As a teacher, everything you do in the classroom has an unprecedented ripple effect, including your general attitude. This article discusses how a teacher’s lack or abundance of motivation affects their students.
Think back to your school or college days: think of one teacher who inspired and enthralled you, and another that didn’t – why was this? What were the differences? As well as sharing a passion not just for their subject but for learning, one key difference was their motivation. Excellent teachers are fuelled by their passion for student learning. This often grows through the effort it takes to become a qualified teacher, whether that be through a traditional university route, or by starting off with an online teaching course. As a teacher or teaching assistant, you are now in the position to pass on vital skills and knowledge to your students.
An excellent teacher fuels the natural curiosity to learn that is in us all. But why is motivation important?
A successful learning environment
Motivation is key to a successful classroom whether it is a class full of primary school children or a workshop in a college setting.
A motivated teacher has a different outlook that one who is simply ‘going through the motions’.
Motivation is what energises, directs and sustains positive behaviour in the classroom. It means creating challenging goals alongside activities and tasks that help a student or class reach these dizzying heights.
Sparking the desire to explore and to learn, a motivated teacher doesn’t necessarily mean someone who bounces around the classroom with unfettered energy. It isn’t about being popular, either.
Value and respect
In considering motivation and teachers, we need to think back to the two examples we started with.
What kind of learning environment did the good teacher create? And what kind of environment did the not-so-good teacher create? Was this experience particular to you or was it shared by the whole class?
The truth is, you may have found some lessons and a certain teacher boring, but the person sat next to you found it interesting and seemed to do well.
A motivated teacher is one who personalises and individualises learning. And to do so, they create a learning environment in which they value and respect each individual learner.
There is a saying – try to teach a goldfish to climb and it will spend the rest of its life thinking it is stupid – and this is what underlies the teaching methods of a teacher motivated to help ALL their students to learn.
Teaching is not a personality contest BUT, personality and likability do play a part in fostering a successful learning environment.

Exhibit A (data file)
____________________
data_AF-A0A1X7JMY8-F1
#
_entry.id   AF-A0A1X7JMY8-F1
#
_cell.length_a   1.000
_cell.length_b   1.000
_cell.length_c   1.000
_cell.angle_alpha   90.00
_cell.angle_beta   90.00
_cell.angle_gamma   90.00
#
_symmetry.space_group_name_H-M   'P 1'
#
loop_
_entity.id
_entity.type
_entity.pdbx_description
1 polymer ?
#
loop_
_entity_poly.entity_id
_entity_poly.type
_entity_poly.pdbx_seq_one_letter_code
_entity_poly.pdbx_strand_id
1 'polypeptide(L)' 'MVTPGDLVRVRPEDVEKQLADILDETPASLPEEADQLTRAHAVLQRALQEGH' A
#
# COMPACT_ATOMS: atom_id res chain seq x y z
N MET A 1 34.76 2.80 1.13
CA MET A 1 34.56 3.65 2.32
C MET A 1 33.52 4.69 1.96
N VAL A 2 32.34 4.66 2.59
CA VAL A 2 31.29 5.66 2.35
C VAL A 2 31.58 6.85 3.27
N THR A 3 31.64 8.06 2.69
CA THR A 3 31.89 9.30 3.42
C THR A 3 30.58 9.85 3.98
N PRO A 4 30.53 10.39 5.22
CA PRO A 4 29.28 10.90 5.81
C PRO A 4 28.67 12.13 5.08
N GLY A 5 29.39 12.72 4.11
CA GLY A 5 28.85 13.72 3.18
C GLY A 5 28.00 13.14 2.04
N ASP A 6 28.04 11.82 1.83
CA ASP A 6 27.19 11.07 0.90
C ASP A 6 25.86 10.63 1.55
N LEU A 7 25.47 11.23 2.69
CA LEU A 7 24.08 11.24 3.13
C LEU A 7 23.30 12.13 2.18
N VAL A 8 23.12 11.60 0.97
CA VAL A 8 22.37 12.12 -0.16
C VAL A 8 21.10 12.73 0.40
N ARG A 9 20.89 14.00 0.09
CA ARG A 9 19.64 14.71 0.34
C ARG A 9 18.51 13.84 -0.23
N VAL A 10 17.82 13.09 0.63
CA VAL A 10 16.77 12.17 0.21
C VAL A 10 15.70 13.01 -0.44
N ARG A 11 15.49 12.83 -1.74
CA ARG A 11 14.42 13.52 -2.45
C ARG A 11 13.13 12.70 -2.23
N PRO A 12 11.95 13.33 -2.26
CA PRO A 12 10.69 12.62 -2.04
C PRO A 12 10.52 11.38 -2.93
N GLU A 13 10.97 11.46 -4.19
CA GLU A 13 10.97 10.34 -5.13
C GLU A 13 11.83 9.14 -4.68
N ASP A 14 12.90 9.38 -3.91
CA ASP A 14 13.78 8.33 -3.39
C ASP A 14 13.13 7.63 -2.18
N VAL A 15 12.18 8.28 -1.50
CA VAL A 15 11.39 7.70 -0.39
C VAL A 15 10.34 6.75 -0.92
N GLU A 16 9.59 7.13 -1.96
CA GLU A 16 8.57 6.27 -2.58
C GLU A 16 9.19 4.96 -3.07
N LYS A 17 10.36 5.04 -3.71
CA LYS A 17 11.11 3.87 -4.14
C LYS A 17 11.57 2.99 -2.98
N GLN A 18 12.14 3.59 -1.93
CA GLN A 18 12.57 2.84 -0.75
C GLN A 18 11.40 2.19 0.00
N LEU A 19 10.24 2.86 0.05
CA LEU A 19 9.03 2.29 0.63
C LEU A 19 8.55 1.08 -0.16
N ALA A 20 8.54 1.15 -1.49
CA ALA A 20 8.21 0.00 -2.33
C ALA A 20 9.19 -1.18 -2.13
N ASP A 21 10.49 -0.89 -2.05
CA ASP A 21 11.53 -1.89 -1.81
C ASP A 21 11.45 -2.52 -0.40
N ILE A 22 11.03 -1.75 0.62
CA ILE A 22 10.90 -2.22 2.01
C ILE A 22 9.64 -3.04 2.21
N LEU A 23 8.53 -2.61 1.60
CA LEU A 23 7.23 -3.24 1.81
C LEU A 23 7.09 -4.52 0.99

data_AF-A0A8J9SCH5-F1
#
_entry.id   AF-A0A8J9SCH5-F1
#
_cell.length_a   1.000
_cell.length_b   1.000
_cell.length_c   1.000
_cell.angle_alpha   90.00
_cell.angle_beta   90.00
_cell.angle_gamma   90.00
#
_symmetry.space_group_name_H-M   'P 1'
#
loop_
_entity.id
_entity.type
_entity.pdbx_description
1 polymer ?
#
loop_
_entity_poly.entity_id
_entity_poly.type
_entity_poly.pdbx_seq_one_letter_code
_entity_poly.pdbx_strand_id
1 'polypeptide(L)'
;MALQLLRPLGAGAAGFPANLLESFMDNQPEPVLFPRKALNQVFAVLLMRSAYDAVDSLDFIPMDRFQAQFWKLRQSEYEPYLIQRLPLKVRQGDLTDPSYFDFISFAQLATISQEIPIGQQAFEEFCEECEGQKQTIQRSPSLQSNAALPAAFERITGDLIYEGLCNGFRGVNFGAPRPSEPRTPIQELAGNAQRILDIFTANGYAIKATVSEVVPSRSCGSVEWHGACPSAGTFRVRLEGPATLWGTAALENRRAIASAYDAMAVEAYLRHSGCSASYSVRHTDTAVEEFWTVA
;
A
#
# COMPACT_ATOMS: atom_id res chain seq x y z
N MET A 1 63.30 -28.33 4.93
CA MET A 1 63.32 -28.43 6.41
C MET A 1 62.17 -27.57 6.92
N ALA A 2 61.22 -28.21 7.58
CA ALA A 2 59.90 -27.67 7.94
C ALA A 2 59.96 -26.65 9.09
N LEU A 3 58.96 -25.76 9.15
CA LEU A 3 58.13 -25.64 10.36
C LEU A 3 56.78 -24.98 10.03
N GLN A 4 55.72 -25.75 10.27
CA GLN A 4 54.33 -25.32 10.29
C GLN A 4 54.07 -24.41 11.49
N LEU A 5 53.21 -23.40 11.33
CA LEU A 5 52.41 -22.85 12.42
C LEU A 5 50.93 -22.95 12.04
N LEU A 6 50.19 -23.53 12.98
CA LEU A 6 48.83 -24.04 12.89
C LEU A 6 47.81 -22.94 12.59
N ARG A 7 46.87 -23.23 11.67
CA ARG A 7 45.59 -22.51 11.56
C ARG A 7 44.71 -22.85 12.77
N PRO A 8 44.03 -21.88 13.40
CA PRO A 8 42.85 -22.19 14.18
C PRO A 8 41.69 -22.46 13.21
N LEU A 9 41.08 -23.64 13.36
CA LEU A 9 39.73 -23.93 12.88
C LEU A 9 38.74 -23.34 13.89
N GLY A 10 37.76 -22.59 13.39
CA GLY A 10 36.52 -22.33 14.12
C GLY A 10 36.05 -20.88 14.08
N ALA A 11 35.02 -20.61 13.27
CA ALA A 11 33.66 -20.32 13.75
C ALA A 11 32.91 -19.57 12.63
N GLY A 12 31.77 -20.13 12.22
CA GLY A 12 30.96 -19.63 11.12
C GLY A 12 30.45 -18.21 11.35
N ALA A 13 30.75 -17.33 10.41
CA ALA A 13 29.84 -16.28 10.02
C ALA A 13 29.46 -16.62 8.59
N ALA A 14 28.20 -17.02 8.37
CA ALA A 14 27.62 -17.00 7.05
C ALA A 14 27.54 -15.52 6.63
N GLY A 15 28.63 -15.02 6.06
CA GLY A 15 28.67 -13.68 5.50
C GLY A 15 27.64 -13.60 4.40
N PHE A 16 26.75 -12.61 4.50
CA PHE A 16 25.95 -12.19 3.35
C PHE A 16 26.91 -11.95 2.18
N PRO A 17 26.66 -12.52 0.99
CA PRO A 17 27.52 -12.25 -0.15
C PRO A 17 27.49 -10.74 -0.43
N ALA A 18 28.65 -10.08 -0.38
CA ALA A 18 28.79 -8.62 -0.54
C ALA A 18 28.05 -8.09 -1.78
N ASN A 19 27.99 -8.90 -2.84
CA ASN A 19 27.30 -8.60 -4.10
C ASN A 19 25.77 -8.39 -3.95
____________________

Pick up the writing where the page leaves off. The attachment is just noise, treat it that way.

Teacher training today looks at every aspect and every minute of the lesson, from the greeting at the door of the classroom, to the respect within the four walls of the learning space, to how a lesson is ended.
It is also about a teacher interacting with students outside of the classroom when they engage with students in the hallways, the canteen, the schoolyard and other areas of the school or college.
When a student feels a personal connection with a teacher, they engage better. More importantly, they want to engage with someone they see and feel as liking them but valuing and respecting them too.
Teacher motivation in the classroom – what does it look like?
What makes a good teacher is a combination of all kinds of factors, principles, skills and more than a dash of personality;
- Kindness and approachability – most of us will remember a teacher who is not only kind and nice, but approachable too. When a student asks a question or seeks clarification, what attitude are they met with?
- Warm, welcoming and stimulating – a motivated teacher will use every part of their classroom to inspire and stimulate. From wall displays to objects on display, the classroom is welcoming and clearly a place to learn and explore.
- A ‘happening’ place – worksheets and presentations have their place, but a motivated teacher isn’t frightened to create a ‘happening’ learning environment. In other words, students don’t spend the whole time sat behind desks, copying from books or be lectured to. They interact, physically moving around, asking questions, experimenting and trying new things.
- Connections – when a child or student learns something new, what happens with it? Does it get put into a box in the mind or is it related to real-life? Successful teachers are able to bring about the connections that complete the learning circle for a student, connecting a skill or piece of knowledge with the world around them.
Motivation has long been studied by modern and ancient scholars. What do you think it is? What motivates you to learn and to teach?